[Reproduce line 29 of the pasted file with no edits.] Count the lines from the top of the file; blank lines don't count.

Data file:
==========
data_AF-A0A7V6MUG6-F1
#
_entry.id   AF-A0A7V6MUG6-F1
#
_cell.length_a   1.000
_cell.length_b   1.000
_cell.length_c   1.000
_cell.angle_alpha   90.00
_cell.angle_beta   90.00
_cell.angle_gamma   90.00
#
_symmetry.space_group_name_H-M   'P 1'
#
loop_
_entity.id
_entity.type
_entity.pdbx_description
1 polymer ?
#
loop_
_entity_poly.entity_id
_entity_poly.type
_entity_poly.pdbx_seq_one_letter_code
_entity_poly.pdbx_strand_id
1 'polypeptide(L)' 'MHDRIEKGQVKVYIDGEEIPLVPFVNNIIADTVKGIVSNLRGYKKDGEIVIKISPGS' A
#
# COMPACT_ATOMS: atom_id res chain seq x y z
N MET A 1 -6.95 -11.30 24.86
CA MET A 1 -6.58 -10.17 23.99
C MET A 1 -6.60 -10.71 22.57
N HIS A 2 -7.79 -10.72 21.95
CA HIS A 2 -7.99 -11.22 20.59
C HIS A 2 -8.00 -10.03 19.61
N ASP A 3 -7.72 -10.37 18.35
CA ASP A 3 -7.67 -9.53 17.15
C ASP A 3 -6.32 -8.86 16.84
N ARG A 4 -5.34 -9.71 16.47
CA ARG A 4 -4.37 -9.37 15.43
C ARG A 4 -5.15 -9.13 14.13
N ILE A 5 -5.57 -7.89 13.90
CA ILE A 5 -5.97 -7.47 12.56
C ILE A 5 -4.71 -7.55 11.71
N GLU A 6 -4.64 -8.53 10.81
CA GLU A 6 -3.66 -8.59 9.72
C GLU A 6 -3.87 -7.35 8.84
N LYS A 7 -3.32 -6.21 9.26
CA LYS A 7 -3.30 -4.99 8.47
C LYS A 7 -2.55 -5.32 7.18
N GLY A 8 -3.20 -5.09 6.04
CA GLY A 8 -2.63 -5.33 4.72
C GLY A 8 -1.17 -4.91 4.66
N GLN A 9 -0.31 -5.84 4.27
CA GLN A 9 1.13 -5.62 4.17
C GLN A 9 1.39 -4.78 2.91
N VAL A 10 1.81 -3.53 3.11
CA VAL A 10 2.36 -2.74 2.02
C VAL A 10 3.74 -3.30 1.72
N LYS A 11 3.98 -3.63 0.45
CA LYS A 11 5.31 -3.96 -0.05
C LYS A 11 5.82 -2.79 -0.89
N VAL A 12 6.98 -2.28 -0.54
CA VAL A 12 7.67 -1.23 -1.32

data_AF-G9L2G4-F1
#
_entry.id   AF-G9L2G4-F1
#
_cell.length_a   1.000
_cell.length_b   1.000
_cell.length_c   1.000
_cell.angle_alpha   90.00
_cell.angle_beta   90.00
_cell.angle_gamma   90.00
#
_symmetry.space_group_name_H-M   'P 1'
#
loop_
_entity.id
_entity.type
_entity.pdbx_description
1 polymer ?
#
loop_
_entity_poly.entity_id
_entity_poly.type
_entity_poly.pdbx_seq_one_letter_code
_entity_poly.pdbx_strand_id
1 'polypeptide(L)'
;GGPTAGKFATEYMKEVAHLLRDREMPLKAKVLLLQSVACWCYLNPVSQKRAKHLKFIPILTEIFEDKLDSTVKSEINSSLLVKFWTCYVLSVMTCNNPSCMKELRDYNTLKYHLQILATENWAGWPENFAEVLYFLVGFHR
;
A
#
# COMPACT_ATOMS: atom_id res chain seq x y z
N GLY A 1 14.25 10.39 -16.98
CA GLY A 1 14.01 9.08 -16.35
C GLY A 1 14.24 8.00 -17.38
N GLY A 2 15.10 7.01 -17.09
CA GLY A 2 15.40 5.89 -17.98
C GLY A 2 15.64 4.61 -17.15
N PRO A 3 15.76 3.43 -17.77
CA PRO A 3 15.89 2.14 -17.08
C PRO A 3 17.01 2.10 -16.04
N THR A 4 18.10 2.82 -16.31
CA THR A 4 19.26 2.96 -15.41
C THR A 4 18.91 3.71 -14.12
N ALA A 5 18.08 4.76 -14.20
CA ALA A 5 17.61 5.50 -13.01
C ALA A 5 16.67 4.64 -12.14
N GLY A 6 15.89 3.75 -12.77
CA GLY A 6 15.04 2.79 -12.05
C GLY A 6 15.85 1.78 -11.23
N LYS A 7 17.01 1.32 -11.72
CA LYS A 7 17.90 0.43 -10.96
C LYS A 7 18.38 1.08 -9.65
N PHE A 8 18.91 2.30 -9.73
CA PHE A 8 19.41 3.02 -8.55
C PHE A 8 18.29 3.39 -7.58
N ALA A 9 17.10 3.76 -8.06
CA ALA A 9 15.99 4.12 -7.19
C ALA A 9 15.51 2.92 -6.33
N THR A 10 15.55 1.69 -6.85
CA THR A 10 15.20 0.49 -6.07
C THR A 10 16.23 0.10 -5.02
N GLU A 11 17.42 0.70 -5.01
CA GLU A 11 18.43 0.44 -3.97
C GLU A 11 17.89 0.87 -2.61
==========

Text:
CA MET A 1 -6.58 -10.17 23.99